Reynolds & Hogarth: Mistake on the Victoria and Albert Museum
We’ve all been there. That sinking feeling when you’ve realise you’ve made a mistake (I’ll confess, I’ve used the wrong ‘its’ on Twitter more than once).
But you rarely find a glaring error on the front of an important London institution.
Imagine my shock therefore, when it turns out there’s been a mistake on the Victoria and Albert Museum for over 100 years!
Only now has it been unearthed, and it concerns the figures along the facade, put there in 1905 to celebrate 32 eminent artistic personalities; artists, craftsmen, architects and sculptors.
A Closer look
Look long and hard at the two figures below, to the right is Joshua Reynolds – portrait painted to England’s great and good during the 18th century. To the left is William Hogarth – 18th century engraver and unforgiving satirist of England culture.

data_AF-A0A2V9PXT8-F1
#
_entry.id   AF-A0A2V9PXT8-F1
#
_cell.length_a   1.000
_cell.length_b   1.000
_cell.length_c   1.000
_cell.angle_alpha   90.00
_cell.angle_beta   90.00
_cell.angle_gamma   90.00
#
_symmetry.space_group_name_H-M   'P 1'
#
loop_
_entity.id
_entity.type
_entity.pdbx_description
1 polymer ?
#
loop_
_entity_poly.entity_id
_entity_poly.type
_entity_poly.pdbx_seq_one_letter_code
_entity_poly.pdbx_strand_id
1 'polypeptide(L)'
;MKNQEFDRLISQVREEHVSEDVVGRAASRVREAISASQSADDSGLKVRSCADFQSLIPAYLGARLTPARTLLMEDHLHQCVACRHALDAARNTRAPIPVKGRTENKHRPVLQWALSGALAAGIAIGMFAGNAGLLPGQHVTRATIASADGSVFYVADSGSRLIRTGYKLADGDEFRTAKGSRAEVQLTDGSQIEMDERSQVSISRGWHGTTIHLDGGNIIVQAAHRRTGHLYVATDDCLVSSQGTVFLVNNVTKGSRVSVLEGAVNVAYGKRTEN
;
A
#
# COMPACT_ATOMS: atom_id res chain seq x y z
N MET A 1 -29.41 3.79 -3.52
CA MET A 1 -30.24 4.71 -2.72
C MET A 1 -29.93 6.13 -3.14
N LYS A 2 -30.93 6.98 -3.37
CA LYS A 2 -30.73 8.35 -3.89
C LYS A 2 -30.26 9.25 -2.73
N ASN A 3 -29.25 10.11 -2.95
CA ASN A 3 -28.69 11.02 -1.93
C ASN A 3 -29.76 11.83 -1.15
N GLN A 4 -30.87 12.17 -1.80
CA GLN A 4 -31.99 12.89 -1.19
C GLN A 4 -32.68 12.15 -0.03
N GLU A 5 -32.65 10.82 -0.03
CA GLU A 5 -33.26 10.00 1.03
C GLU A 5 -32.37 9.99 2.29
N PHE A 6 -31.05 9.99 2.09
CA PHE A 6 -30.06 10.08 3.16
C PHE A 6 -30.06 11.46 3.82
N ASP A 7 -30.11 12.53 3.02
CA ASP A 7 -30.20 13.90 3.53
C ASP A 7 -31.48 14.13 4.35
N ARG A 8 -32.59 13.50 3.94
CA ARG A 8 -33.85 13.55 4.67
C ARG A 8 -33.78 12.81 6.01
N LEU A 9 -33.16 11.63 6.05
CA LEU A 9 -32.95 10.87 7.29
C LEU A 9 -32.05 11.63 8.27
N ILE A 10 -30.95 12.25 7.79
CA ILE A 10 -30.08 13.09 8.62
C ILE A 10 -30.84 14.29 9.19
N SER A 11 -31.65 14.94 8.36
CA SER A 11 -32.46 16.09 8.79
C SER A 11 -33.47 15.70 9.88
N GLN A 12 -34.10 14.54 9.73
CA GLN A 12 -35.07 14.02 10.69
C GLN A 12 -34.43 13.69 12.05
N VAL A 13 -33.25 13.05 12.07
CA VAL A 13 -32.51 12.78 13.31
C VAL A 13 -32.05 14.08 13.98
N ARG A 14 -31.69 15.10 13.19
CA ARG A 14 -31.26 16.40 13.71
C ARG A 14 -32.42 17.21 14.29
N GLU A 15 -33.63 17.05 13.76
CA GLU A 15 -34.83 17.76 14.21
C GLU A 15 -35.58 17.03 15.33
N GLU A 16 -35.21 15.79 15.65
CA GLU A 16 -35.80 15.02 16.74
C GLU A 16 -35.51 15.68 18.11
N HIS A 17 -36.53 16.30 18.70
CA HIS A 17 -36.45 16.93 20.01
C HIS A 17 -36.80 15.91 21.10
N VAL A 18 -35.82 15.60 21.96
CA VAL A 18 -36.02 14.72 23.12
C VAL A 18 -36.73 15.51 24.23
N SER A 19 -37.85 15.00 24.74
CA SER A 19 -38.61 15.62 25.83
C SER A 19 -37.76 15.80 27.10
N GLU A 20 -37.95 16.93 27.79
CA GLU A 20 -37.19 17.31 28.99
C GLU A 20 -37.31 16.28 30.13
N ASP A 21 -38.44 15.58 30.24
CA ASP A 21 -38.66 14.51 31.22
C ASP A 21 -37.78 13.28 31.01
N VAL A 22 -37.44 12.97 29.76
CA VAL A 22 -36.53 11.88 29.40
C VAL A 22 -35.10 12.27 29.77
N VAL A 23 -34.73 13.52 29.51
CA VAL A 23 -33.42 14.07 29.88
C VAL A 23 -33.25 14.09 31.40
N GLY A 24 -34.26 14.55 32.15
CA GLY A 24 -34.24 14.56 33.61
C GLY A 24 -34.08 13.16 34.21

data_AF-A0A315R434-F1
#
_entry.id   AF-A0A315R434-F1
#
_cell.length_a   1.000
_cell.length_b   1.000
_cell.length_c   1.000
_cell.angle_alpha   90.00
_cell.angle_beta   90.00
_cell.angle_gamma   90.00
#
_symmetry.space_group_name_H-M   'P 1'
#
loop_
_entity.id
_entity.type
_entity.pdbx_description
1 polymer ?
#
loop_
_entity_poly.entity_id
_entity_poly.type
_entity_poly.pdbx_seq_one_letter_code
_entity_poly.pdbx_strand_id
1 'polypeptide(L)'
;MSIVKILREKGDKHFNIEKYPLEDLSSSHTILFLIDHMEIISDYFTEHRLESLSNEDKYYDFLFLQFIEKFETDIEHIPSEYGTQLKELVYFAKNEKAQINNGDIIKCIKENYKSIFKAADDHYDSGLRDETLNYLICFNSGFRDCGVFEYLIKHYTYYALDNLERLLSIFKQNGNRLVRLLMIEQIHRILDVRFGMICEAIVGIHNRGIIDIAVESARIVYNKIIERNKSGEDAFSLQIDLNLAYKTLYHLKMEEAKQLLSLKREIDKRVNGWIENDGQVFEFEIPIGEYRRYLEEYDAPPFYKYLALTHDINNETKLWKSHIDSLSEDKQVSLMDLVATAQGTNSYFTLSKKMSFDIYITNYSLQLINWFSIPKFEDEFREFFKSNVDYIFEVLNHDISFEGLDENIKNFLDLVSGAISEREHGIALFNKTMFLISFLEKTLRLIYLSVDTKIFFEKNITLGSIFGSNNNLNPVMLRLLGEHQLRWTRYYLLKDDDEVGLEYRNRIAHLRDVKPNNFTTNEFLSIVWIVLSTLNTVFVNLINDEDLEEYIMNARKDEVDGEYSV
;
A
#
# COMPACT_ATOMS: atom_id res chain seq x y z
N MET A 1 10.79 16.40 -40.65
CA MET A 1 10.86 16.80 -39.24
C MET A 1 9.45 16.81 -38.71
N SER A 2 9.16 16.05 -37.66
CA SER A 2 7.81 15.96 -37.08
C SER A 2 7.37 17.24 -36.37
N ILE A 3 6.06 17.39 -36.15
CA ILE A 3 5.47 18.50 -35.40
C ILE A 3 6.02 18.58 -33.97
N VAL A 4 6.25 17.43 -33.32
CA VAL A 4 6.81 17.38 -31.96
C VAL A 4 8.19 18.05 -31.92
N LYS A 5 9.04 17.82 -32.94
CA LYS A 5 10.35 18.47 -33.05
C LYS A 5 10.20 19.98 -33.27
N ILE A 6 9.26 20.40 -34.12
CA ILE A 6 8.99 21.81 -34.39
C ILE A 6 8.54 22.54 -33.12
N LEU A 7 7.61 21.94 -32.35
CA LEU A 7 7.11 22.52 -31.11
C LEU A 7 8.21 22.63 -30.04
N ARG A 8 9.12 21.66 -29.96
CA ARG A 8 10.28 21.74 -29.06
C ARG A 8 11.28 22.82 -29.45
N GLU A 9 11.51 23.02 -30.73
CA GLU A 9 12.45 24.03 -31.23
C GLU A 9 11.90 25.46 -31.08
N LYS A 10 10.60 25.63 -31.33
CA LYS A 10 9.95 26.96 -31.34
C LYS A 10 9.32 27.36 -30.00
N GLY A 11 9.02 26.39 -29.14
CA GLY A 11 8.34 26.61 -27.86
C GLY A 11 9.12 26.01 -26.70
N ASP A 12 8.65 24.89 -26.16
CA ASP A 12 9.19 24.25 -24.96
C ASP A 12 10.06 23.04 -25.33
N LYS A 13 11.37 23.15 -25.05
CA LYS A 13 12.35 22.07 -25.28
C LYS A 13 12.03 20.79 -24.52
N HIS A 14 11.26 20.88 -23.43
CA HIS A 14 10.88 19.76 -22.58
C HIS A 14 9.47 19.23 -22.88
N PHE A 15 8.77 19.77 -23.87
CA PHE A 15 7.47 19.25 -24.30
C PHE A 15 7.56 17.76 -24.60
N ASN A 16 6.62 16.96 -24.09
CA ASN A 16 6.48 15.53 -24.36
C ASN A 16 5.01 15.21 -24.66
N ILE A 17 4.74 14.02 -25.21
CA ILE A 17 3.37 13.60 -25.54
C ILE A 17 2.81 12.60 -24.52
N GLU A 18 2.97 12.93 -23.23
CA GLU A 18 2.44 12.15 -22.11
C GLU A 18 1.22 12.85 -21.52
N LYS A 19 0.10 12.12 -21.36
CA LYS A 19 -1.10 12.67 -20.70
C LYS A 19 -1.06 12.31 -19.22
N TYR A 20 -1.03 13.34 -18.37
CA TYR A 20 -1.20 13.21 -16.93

Robin Simon (British Art Historian and Critic) has paid a lot of attention to these figures and believes there’s been a mix up.
The clue is in what they’re holding; why does our engraver (Hogarth) hold a painter’s palette?
Meanwhile Reynolds (the painter) clutch an engraving plate?
The funny thing is that in life the pair were nothing alike either in art or personality. Reynolds enjoyed his position as portrait painter to the upper classes and establishment, while Hogarth mercilessly satirised them in his pictures.
The mistake was acknowledged by the Victoria and Albert Museum; “It is true that an error was made in the positioning of these two statues when they were created” but they’ve not indicated that they’ll correct them.
And I don’t think they should, the statues and inscriptions were carved in situ, so who knows when the figures ended up with the wrong names below them.
The final element of the story I enjoy, is that all other figures on the facade turn slightly in, as if in conversation with their artistic contemporaries. These two, because of the swap instead turn away – politely ignoring each other!
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